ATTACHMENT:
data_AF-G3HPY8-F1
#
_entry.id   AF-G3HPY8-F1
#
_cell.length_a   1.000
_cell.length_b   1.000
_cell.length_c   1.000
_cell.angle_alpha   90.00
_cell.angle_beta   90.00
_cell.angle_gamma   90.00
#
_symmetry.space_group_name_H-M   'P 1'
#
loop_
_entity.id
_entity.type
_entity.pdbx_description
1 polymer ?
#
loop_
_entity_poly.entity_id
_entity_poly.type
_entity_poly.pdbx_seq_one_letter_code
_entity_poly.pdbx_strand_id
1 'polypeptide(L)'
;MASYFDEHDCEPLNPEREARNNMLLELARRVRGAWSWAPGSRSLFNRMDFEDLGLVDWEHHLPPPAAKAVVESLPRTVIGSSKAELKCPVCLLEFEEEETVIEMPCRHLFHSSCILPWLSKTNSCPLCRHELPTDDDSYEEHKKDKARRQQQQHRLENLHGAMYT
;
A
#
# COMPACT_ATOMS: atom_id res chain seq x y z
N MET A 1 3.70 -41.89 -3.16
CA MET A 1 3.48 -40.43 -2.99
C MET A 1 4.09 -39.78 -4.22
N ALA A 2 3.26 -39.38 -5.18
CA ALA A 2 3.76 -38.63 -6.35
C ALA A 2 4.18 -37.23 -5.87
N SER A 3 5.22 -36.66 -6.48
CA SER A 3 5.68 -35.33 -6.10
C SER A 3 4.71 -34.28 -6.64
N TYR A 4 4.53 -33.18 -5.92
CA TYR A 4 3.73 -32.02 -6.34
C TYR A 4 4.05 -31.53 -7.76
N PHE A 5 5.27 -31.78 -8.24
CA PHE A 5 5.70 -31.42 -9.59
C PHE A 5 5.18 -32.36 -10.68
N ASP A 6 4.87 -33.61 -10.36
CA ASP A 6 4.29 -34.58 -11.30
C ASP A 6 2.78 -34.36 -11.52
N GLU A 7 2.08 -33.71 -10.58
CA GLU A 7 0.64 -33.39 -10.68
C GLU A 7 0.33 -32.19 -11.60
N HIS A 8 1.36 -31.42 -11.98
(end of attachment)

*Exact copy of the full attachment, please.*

data_AF-G3HPY8-F1
#
_entry.id   AF-G3HPY8-F1
#
_cell.length_a   1.000
_cell.length_b   1.000
_cell.length_c   1.000
_cell.angle_alpha   90.00
_cell.angle_beta   90.00
_cell.angle_gamma   90.00
#
_symmetry.space_group_name_H-M   'P 1'
#
loop_
_entity.id
_entity.type
_entity.pdbx_description
1 polymer ?
#
loop_
_entity_poly.entity_id
_entity_poly.type
_entity_poly.pdbx_seq_one_letter_code
_entity_poly.pdbx_strand_id
1 'polypeptide(L)'
;MASYFDEHDCEPLNPEREARNNMLLELARRVRGAWSWAPGSRSLFNRMDFEDLGLVDWEHHLPPPAAKAVVESLPRTVIGSSKAELKCPVCLLEFEEEETVIEMPCRHLFHSSCILPWLSKTNSCPLCRHELPTDDDSYEEHKKDKARRQQQQHRLENLHGAMYT
;
A
#
# COMPACT_ATOMS: atom_id res chain seq x y z
N MET A 1 3.70 -41.89 -3.16
CA MET A 1 3.48 -40.43 -2.99
C MET A 1 4.09 -39.78 -4.22
N ALA A 2 3.26 -39.38 -5.18
CA ALA A 2 3.76 -38.63 -6.35
C ALA A 2 4.18 -37.23 -5.87
N SER A 3 5.22 -36.66 -6.48
CA SER A 3 5.68 -35.33 -6.10
C SER A 3 4.71 -34.28 -6.64
N TYR A 4 4.53 -33.18 -5.92
CA TYR A 4 3.73 -32.02 -6.34
C TYR A 4 4.05 -31.53 -7.76
N PHE A 5 5.27 -31.78 -8.24
CA PHE A 5 5.70 -31.42 -9.59
C PHE A 5 5.18 -32.36 -10.68
N ASP A 6 4.87 -33.61 -10.36
CA ASP A 6 4.29 -34.58 -11.30
C ASP A 6 2.78 -34.36 -11.52
N GLU A 7 2.08 -33.71 -10.58
CA GLU A 7 0.64 -33.39 -10.68
C GLU A 7 0.33 -32.19 -11.60
N HIS A 8 1.36 -31.42 -11.98